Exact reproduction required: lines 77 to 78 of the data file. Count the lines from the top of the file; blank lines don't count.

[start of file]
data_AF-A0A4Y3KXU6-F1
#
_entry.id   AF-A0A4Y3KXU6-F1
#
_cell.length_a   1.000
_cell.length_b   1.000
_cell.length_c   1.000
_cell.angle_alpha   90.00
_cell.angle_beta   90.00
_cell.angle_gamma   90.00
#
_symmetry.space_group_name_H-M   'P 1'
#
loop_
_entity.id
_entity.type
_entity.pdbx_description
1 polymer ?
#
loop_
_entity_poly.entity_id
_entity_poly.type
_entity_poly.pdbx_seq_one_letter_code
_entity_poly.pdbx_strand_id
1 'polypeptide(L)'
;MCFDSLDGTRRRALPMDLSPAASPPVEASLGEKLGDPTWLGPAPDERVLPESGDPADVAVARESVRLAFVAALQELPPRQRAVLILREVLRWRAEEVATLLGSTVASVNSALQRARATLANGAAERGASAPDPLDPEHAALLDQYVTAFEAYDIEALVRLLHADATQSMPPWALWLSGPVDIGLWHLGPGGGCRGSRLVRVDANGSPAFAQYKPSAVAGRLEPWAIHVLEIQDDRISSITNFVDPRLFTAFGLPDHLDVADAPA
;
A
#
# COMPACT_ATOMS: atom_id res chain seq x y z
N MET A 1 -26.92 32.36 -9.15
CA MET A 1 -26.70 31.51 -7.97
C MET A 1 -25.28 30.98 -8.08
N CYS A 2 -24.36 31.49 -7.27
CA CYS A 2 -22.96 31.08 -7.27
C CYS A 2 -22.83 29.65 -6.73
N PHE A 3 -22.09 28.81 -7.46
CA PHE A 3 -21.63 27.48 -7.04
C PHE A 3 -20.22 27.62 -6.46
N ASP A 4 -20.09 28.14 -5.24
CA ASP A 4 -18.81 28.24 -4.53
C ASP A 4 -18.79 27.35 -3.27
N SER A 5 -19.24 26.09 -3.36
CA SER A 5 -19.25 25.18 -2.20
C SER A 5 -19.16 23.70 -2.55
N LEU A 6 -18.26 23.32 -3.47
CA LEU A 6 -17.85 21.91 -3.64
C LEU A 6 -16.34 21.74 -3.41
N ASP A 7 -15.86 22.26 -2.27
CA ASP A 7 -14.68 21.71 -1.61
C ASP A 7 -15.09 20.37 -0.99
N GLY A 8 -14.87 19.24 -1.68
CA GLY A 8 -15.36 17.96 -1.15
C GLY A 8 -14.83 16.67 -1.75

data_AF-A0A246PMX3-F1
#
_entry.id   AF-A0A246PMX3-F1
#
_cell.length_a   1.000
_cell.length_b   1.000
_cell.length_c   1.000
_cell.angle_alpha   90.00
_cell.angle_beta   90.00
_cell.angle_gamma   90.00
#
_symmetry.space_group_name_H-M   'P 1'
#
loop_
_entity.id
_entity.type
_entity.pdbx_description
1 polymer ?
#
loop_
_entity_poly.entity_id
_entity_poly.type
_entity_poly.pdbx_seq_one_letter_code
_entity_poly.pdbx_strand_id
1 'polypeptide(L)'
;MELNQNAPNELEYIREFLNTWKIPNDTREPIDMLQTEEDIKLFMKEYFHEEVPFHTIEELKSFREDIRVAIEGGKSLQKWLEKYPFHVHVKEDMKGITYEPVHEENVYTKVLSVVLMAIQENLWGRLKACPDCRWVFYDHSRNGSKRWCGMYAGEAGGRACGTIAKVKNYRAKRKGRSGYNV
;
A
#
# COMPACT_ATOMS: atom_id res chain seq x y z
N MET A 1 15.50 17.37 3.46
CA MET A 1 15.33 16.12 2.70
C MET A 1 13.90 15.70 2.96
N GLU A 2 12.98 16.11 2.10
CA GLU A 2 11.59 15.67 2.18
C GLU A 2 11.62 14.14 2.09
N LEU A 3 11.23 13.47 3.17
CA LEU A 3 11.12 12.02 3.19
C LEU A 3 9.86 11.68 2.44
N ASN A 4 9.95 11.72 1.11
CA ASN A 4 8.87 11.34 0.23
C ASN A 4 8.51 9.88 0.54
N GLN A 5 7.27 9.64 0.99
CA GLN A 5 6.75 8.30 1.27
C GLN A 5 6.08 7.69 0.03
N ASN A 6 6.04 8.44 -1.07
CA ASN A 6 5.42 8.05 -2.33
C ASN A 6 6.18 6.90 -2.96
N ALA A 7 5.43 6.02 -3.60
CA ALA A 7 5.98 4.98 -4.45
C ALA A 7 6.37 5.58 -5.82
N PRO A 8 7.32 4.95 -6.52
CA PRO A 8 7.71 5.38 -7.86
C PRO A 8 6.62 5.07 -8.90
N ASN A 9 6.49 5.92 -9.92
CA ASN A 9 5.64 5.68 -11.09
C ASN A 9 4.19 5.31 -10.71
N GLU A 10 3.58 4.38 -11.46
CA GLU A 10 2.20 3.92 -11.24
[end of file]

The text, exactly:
_entity_poly.pdbx_seq_one_letter_code
_entity_poly.pdbx_strand_id